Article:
Neuronal intrinsic properties include spike thresholds (Vts) and refractory periods (RP). Vts were measured by depolarization pulses. RPs were measured by injecting two pulses (5% above threshold) into neurons after each spike under current-clamp, in which inter-pulse intervals were adjusted [12, 13, 25, 54, 55]. The duration of pulses was 50 ms, the minimal time period of in vivo signals (Figure 1C)
Latencies between axonal spikes and somatic ones, used to judge spike initiation, were measured based on the following thoughts. Elements in an electrical circuit of cell membrane includes voltage- gated conductance (Rv) for the generation of active signals, such as action potentials and synaptic signals, as well as passive membrane properties (input resistance, Rin; membrane capacitance, Cm; inset in Figure 3A). We ruled out the effects of Rin and Cm on the analyses of temporal signals via subtracting the responses (gray lines in 3A) evoked by depolarization and hyperpolarization in the same intensities, such that spike potentials (black line in Figure 3A) were mediated by voltage-gated channels. The derivative of somatic and axonal spike potentials vs. time (dv/dt) was calculated. The site of spike initiation was defined as a time point with a minimal dv/dt but larger than zero (Figure 3B), which accurately represents the locus of spike initiation in the comparison with the peak, 50% rising phase or initial phase (onset point) of spikes [20–24, 50, 56–58]. Latencies between somatic spikes and axonal ones were the time difference of their initiation (ΔT = Tsoma-Taxon).
In vivo recording
Intracellular recordings with sharp electrodes were done at cortical pyramidal neurons from mice in vivo that were anesthetized by injecting chloral hydrate (300 mg/kg). Electrical signals were recorded by an AxonClamp-2B and sampled by pClamp-9 with 50 kHz sampling rate (Axon Instrument Inc, USA). Electrodes were filled with 2M potassium acetate and their resistances were 50~70 MΩ. The data were analyzed if resting membrane potentials were -65 mV, and action potentials showed overshot .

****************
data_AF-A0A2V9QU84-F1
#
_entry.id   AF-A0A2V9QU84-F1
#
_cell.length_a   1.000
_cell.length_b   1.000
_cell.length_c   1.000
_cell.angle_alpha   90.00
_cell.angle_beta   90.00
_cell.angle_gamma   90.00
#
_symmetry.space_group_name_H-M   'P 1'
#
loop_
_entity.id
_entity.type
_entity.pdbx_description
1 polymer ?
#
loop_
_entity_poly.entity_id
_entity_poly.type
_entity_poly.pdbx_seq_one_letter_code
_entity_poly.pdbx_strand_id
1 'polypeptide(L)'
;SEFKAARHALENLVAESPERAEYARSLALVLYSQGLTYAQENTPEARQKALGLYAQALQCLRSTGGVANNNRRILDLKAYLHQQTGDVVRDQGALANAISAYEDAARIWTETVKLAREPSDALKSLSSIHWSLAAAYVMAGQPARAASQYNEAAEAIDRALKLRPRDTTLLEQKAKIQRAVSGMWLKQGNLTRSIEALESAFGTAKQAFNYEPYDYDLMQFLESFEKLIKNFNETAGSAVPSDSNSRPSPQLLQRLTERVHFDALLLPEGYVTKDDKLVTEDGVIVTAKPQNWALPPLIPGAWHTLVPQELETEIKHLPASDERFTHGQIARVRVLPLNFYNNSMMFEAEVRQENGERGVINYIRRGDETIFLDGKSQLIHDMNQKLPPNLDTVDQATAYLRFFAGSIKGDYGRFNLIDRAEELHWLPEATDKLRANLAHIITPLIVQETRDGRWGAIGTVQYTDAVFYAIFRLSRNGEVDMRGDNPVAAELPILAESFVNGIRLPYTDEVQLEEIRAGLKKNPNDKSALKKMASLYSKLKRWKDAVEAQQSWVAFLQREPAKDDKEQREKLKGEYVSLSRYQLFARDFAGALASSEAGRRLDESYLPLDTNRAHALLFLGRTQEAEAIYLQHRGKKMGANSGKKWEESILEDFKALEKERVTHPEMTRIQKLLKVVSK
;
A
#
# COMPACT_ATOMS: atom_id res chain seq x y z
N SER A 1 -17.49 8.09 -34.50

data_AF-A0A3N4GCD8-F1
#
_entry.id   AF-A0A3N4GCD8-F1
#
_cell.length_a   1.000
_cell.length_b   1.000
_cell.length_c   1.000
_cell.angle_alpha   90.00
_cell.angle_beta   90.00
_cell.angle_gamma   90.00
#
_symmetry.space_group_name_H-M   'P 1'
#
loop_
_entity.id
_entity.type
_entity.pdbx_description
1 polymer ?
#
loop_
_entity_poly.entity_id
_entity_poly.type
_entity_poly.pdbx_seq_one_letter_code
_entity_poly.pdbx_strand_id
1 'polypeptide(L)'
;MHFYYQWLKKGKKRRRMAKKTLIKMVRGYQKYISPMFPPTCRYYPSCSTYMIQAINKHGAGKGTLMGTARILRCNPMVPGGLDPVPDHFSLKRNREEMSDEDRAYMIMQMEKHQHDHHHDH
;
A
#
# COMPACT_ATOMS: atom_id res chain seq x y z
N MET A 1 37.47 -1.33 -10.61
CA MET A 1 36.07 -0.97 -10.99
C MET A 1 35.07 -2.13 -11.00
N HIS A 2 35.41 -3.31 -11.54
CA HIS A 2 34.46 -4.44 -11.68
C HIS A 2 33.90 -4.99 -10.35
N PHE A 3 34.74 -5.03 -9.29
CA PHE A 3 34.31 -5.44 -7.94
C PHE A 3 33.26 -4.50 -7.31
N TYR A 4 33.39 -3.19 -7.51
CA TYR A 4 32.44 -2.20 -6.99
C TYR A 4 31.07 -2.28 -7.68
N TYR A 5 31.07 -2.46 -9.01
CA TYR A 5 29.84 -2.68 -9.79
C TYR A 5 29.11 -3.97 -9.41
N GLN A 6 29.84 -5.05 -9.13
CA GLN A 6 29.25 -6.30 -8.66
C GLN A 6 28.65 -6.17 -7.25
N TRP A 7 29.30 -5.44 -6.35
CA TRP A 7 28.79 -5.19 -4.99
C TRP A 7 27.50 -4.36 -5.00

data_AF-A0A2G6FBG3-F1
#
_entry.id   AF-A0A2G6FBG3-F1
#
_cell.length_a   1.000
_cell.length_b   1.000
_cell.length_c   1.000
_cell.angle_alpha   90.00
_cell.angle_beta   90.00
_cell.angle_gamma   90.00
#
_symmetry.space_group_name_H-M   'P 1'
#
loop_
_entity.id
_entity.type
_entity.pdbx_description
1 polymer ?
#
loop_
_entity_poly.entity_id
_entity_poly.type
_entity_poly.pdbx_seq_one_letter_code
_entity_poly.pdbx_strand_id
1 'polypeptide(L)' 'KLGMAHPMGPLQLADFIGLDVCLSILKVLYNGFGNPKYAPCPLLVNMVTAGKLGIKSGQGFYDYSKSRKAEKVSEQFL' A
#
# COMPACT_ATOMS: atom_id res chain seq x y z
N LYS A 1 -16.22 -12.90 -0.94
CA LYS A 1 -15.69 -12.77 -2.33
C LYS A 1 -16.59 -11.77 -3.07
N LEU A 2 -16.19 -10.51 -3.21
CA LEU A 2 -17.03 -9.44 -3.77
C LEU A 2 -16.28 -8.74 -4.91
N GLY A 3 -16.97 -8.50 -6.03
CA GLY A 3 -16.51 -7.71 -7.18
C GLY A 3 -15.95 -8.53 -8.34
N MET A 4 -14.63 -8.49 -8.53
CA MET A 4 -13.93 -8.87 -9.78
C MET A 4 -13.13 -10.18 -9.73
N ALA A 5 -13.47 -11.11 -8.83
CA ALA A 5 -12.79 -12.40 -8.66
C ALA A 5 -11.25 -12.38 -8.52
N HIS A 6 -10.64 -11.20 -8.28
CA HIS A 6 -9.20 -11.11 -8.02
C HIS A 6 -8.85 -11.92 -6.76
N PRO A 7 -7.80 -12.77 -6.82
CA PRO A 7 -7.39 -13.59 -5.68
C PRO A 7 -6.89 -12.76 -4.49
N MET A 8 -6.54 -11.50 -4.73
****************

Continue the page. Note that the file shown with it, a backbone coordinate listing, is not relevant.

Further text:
The values of axonal and somatic Vts and ARP (Figure 3) were introduced into the axon and soma in NEURON (v7.0), respectively, to examine spikes' initiation. Other factors of VGSCs were based on Hodgkin-Huxley kinetics and current reports [9–11]. VGSCs' distributions in two compartments were based on the references [4, 5, 9–11]. VGSCs' reversal potential was 50 mV. For potassium channels, high-voltage-activated K+ channels (Kv) and a slowly-activated/non-inactivated M-type K+ channels (Km) were added into the modeling. To have the initiation of sequential spikes, the densities of Kv and Km were 50 and 100 pS/cm2 in the two compartments, respectively. Reversal potential for Kv was -77 mV. In addition, cylinder axon was calculated based on 1.6 μm in diameter and 70 μm in length, and the soma was 30 μm in diameter. Their passive electrical properties include Cm = 1 μF/cm2, Rm = 15000 Ω/cm2 and Ri = 100 Ω/cm. Resting membrane potentials were -71 mV. The simulations were run under 37°C. The time step was 0.025 ms.
The data were analyzed if the soma and axon had resting membrane potentials negatively more than -63 mV and action potentials above 95 mV. Criteria for the acceptation of each experiment also included less than 5% changes in resting membrane potential, spike magnitude, input and seal resistance during each experiment. The values of Vts and RP are presented as mean ± SE. The comparisons between groups are done by paired t-test.
This study is granted by Natural Science Foundation China (30870517 and 30990261), National Basic Research Program (2011CB504405) and National Award for Outstanding Young Scientist (30325021) to JHW.
- Kandel ER, Siegelbaum SA, Schwartz JH: Elementary interactions between neurons: Synaptic transmission. Principles of Neural Science. Edited by: E.R. Kandel, Schwartz, J. H., and Jessell, T. M. 2000, McGraw-Hill: New York, 175-308.Google Scholar
- Shepherd GM: Electronic properties of axons and dendrites. From Molecular to Networks: An Introduction to Cellular and Molecular Neuroscience. Edited by: J.H. Byrne and J.L. Roberts. 2004, New York: Elsevier Science (USA), 91-113.View ArticleGoogle Scholar